Offshore wind turbine from aerial view

On the high seas, the wind yield is particularly high.


The next-generation offshore wind turbines are giants of the seas: From the surface of the water to the tip of the rotor, the giant towers measure 260 meters and thus tower over Cologne Cathedral by more than 100 meters. The rotor blades have a greater wingspan than an Airbus 380 jet. The new turbines generate up to twelve megawatts, enough to supply 19,000 households with electricity.

The new gigantic turbines pose completely different technical challenges. BAM has been researching the safety of offshore wind turbines for almost two decades and thus supports the switch to renewable energies. The focus is primarily on the parts subject to particular mechanical stress: Foundation piles, support structures and rotor blades. "Huge forces act on the structures," says BAM engineer Matthias Baeßler. "On the open sea, the towers have to withstand strong currents, swells and raging storms. This is especially true for the new giant towers."

Supported by a single pile of steel

All the more surprising, then, that the giant offshore wind turbines are supported by a single steel pile, or monopile, driven deep into the seabed.

Of course, with the latest generation of offshore turbines, these monopiles are also gigantic: 40 meters in length, the steel tubes measure nine meters in diameter. "If the tubes were lying on the ground from assembly, you could easily push a single-family house into them," says Matthias Baeßler.

The monopiles that support the turbines measure up to 40 meters

The monopiles that support the turbines measure up to 40 meters.

© Steelwind Nordenham GmbH, 2020

20 meter long welds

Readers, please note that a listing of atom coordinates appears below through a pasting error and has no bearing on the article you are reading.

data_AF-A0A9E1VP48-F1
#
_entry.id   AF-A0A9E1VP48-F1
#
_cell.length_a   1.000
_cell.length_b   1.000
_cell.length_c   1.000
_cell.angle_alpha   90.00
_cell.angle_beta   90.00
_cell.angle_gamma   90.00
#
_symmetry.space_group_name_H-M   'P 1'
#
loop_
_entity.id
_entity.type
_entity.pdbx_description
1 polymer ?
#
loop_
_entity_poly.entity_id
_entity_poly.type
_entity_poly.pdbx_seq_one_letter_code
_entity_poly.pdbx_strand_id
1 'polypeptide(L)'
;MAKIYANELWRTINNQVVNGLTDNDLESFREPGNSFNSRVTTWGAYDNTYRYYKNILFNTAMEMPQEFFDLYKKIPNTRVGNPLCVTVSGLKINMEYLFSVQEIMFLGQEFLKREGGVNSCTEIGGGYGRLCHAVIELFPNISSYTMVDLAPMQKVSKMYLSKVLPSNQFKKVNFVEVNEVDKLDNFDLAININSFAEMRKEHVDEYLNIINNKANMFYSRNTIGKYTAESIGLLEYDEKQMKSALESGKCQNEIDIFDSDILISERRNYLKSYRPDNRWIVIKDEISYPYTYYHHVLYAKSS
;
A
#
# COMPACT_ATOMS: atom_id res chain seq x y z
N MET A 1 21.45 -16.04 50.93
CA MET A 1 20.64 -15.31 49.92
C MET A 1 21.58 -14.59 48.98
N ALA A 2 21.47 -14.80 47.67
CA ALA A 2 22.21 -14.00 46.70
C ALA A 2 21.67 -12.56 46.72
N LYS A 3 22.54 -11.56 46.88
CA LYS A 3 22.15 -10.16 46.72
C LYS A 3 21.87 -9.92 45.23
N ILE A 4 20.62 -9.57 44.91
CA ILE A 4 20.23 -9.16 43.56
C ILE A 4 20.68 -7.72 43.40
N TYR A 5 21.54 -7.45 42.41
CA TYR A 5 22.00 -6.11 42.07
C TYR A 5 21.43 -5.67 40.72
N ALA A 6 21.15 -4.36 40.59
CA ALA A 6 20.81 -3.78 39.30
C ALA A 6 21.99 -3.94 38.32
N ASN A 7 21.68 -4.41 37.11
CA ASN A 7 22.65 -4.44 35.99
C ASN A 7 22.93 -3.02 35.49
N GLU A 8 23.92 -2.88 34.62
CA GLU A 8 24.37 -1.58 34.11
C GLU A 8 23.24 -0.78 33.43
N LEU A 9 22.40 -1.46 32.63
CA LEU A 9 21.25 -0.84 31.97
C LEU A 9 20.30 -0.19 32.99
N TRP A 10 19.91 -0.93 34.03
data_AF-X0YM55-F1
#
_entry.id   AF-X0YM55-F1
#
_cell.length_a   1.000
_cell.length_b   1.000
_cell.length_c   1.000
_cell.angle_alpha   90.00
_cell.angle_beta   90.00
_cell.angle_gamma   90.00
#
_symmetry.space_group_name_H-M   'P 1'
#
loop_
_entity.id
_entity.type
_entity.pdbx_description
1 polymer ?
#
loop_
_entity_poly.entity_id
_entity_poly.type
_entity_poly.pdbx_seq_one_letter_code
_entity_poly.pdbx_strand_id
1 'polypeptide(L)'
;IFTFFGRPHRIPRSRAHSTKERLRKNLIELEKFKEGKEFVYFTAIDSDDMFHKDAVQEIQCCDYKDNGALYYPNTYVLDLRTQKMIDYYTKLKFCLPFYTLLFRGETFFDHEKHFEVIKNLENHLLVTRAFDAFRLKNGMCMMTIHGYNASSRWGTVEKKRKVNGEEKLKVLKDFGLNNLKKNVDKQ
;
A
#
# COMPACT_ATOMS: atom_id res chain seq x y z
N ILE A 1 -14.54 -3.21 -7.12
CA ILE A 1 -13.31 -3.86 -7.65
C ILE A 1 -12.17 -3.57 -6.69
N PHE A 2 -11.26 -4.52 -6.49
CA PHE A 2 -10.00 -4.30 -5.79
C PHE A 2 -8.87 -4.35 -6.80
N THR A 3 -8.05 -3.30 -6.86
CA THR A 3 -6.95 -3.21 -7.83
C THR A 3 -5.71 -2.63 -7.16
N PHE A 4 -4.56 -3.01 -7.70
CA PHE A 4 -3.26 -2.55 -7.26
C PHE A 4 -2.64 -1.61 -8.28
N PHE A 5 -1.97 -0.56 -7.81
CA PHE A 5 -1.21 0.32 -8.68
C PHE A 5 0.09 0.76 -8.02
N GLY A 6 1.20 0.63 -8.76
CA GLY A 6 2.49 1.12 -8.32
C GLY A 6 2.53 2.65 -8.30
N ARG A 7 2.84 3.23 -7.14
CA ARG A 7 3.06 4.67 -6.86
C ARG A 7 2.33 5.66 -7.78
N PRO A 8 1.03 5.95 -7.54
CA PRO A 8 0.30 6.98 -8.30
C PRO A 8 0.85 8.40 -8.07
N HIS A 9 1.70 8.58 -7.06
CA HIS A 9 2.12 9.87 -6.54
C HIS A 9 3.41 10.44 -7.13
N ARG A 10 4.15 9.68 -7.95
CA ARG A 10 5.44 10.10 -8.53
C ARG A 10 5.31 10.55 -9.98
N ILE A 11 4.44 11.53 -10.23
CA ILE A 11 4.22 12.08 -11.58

Still on land, the tubes are welded together from individual steel sheets. "These weld seams are several meters long, sometimes up to 20 meters," explains Thomas Kannengießer, who is an expert on safe welded joints at BAM.

Today, a high-tech steel is mostly used that is stronger than conventional steel. Thomas Kannengießer is researching how the complex alloys can be optimally joined. Above all, it is important to avoid cracks during welding, which can be caused by the high heat. BAM is testing how to preheat the steel to obtain an ideal weld.

Once the steel sheets have been welded together to form the 40-meter-long tubes, they are driven into the seabed at sea with a pile hammer so that the supporting structure of the wind turbine can later be securely fixed to them.

Before transportation, the tubes are welded together from steel sheets

How do you avoid "pile dents"?

Due to the large forces involved and the resistance of the ground, large deformations can occur at the base of the piles. "However, this must not happen under any circumstances, because it would compromise the structural safety of the entire structure," explains Matthias Baeßler.

That's why his colleague Pablo Cuéllar is developing models on the computer that describe the interaction of the piles with the seabed. They should help clarify how best to drive them into the ground without causing the deformations. And how thick the steel sheets need to be to anchor a giant tower 260 meters high in place.

Field tests with different soils

The BAM scientists will soon be testing their models in field trials - on land, of course. Together with the Technical University of Berlin, they will drive piles of different thicknesses into soils of different compositions and observe whether deformations form at the base.

Piles as small as about one meter in diameter and 10 meters long will suffice for them to do this. "This is completely sufficient to clarify whether our computer model provides reliable statements," says Matthias Baeßler.

After the tests, the BAM scientists will be able to say how precisely the piles must be dimensioned in order to securely fasten the new offshore wind turbines. Giant towers that reach higher into the sky than the largest Gothic cathedrals in the world.

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